Friday 28 January 2011

Sexual harassment of expat women in Saudi Arabia

I was shocked this could happen in Saudi Arabia, a country where sexual overtures are clamped down with iron fists. I had heard incidents like this happen in malls in Riyadh and Jeddah to fellow Indian women. When one such incident happened to one of my closest friends, when accompanied by her husband in a mall in Khobar, i could not just digest it. Indian men behaving bad in Indian roads and shopping malls, that i have seen many, but bringing such bugging to Saudi Arabia, it is something beyond imagination. My hatred just keeps burgeoning on those Indian expat men who bring their dirty baggage to Saudi malls.
 And i learnt my lesson, the veil doesnt protect women from sexual harassment, its just the adverse.

Women in Saudi Arabia are required to cover up with the burkha, irrespective of their religion and country. Westerners usually cover their body with black abayas and Indian women usually drape their salwar dupattas over their heads. It is indeed a complex issue, Saudi Arabia practises gender segregation everywhere except in hospitals. I am not going to deal in detail about the abaya here, but its about an incident that took place in Lulu Hypermarket Khobar last wednesday. My friend always does her week end shopping in Lulu Khobar on Wednesday evenings, to avoid the hectic rush on week ends- Thursdays and Fridays.

She entered the vegetables section with her two children with her husband tagging behind. He insisted on selecting some vegetables by himself, to save some time and scurried to the other side of display. Left with her two children, she started picking tomatoes when she felt someone prodding her back and when she turned swiftly there was an Indian expat, a male around forties standing with a foolish grin. If it were in India, he would have returned home with a broken tooth atleast, but oh dear, this was Saudi Arabia. Gritting her teeth she hurried to her husband who was standing on the other side and promptly complained to him. He went around and stood a few minutes plainly staring at the offender who now was wary and slowly shifted to the other section. They noted he purchased nothing, simply loitering around the shopping area. This prodding the back always goes on in shopping malls around the country. Especially the Asian women are being targeted by expat men. These maniacs are careful not to lay their fingers on native women, but the same fear must be there when confronting Asians too! The Muttawas always move around these malls and how it goes unnoticed by them is confusing.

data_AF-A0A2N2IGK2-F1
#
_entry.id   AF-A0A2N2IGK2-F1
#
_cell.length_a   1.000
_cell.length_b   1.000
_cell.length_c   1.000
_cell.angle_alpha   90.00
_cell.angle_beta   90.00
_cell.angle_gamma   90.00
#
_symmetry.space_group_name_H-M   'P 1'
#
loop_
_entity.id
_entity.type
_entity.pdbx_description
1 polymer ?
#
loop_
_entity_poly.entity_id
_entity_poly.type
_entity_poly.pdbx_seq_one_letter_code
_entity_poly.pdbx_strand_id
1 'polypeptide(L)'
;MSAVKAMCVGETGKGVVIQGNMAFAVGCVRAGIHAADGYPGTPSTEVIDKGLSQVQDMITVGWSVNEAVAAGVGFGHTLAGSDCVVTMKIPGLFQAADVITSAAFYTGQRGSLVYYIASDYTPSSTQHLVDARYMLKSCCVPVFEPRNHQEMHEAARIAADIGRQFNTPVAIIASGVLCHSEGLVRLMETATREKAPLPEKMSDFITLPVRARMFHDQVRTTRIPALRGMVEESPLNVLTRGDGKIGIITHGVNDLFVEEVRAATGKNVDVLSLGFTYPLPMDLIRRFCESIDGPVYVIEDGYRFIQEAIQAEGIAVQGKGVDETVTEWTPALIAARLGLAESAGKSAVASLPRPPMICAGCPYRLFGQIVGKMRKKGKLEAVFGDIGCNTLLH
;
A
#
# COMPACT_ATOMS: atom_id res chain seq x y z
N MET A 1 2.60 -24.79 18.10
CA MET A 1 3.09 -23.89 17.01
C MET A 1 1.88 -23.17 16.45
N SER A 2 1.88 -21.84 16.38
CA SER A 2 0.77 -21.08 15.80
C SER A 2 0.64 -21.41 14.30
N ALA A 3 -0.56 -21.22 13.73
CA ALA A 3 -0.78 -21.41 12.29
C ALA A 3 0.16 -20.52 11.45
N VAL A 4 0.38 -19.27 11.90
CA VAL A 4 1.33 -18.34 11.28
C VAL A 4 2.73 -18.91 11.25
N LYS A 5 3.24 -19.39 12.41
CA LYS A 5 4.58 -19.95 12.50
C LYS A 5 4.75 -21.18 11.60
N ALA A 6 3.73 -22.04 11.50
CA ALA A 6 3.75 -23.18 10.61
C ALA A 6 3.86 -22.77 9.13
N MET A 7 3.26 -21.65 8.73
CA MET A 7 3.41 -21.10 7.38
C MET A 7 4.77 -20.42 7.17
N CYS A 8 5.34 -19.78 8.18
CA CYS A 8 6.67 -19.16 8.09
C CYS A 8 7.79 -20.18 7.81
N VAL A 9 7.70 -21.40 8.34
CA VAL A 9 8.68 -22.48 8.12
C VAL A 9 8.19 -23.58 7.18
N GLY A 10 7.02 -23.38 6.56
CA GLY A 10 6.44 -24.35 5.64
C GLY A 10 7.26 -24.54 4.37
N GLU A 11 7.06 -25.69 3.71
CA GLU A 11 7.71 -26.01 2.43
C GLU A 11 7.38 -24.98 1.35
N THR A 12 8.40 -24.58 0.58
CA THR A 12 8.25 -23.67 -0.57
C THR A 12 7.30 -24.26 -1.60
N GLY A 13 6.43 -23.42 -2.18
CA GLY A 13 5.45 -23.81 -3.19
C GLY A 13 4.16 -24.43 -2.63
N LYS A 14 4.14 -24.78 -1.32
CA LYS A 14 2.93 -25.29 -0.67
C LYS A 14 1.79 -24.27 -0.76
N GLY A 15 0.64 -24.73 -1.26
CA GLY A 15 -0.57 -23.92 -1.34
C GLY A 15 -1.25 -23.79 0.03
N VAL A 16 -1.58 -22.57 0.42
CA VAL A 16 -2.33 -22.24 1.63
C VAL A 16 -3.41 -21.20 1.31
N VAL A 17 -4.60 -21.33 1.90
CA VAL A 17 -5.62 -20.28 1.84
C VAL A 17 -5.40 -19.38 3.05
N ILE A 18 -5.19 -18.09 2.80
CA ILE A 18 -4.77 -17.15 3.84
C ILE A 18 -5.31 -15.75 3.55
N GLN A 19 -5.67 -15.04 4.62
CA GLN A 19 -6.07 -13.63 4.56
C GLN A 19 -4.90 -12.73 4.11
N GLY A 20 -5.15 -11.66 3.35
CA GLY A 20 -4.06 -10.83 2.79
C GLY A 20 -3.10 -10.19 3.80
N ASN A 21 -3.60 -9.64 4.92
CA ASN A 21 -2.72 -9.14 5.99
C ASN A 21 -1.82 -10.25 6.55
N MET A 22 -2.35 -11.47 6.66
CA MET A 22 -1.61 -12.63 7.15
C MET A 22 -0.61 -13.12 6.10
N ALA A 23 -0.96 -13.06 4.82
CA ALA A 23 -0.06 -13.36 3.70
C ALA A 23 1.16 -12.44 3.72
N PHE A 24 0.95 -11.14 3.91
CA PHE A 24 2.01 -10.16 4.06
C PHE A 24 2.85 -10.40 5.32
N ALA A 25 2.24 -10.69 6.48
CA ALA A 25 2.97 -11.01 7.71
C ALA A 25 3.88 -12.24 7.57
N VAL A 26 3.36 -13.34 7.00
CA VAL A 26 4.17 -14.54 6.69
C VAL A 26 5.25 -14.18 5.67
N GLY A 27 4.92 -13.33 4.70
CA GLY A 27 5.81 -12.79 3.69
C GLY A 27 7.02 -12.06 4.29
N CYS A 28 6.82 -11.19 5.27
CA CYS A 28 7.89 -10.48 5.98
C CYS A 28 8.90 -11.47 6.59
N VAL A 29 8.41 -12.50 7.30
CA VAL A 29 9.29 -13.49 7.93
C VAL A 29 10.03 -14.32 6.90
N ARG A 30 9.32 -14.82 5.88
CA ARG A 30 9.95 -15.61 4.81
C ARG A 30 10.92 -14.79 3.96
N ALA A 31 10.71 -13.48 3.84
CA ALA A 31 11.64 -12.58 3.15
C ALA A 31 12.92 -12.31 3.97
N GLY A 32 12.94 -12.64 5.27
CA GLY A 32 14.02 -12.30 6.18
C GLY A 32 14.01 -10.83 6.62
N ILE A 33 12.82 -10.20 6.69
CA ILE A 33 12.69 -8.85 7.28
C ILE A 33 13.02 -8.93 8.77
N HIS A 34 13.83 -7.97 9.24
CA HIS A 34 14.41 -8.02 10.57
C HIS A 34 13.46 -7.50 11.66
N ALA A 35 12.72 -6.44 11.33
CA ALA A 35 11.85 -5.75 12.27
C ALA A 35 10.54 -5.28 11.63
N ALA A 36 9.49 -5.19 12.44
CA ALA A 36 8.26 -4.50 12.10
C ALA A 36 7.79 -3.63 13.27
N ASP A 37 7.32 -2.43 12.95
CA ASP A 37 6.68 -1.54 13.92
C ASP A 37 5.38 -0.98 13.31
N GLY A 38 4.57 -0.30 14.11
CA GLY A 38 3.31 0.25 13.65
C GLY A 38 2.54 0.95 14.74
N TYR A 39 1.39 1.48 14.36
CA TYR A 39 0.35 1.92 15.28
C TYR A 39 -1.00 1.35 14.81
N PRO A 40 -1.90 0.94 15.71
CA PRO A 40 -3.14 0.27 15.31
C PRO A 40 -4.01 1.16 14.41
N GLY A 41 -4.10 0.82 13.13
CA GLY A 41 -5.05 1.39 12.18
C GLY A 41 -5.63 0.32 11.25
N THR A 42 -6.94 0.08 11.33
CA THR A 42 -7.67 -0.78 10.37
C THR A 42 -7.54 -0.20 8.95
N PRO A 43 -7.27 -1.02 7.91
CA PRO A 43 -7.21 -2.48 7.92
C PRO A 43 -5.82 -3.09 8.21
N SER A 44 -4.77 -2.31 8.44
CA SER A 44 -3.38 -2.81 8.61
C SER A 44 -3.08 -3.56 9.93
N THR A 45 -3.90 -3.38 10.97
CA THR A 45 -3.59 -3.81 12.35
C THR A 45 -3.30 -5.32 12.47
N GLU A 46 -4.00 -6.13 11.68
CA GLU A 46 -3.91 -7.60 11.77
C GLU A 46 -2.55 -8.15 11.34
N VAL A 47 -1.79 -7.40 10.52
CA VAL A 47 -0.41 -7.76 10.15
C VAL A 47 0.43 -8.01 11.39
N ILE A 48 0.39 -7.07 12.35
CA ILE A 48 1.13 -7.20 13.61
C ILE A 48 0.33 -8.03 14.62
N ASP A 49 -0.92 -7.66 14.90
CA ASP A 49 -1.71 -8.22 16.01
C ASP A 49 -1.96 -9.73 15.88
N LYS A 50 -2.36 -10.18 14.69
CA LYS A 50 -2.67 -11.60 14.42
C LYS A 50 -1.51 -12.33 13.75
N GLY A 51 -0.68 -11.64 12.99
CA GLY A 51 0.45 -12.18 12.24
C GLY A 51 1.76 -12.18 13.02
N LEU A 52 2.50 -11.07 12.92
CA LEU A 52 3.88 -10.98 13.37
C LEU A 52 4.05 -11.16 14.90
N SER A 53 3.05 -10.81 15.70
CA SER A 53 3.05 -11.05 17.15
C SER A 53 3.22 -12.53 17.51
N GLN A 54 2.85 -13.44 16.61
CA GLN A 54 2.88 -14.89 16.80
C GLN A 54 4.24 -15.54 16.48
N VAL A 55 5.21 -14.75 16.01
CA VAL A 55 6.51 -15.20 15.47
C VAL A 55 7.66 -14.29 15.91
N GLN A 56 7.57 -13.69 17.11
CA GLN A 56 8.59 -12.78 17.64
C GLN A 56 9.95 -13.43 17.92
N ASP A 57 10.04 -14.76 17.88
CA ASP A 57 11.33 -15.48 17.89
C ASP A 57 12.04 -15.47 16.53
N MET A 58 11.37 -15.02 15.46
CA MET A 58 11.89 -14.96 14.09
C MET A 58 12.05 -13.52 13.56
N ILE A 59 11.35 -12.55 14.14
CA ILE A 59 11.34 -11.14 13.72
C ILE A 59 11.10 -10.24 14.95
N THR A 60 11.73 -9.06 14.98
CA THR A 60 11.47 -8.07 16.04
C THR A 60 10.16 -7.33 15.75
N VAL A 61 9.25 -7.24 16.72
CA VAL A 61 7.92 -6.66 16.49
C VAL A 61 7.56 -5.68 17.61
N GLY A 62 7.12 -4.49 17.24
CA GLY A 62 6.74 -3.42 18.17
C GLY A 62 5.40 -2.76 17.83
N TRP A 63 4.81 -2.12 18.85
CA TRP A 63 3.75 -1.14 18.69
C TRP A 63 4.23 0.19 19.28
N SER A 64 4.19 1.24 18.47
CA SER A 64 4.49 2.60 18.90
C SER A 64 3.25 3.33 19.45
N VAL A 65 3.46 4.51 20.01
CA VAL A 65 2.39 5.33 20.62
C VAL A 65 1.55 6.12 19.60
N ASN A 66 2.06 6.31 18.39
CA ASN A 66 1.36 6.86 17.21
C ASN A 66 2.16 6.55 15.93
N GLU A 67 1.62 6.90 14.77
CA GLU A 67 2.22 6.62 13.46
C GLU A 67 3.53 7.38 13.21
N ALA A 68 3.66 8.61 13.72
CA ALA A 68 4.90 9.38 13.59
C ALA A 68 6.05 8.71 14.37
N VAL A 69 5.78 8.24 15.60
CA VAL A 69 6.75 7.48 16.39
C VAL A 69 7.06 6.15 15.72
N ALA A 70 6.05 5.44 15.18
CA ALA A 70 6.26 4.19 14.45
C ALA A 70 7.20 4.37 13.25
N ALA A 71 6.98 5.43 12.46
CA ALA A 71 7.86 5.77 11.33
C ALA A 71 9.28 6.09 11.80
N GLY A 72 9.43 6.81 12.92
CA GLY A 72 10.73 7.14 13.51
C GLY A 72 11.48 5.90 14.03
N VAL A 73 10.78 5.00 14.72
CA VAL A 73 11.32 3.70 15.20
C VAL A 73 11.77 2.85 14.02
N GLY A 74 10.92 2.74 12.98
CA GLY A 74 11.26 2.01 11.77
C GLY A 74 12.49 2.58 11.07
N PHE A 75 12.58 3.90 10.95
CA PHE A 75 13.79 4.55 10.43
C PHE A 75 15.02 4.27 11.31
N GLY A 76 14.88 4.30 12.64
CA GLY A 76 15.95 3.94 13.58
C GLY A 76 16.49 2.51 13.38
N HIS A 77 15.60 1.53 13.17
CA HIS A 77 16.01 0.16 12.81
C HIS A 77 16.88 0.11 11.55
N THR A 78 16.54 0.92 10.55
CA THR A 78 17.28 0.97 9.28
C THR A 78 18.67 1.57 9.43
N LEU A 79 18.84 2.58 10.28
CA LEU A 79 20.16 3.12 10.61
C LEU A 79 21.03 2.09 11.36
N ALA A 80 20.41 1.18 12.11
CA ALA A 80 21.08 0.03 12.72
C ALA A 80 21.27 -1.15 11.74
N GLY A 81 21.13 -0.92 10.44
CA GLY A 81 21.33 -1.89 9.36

Most Asian women just have learnt to live with it, leave alone complain to Religious Police which is a long gruelling process and out of shame and ignorance of the rules regarding this. In other cases, they feel sorry for these men who live alone for years together in solitary confinement. But dears, this is no excuse for prodding unknown abaya clad women in the crowded malls! This menace is growing by leaps and bounds and i am sincerely in the dark as to whom to complain to or what legally can be done in a case like this. Or should Indian women in Saudi Arabia simply grit their teeth and learn to "adjust" with these sexual offenders? Is it not high time something is done to curb this sexual harassment?


  1. Sorry to hear that, but with no knowledge of their legal system, I can't comment on what remedy women, under such circumstances, have. But am absolutely sure that they shouldn't be silently tolerating this. There would be a provision to deal with this.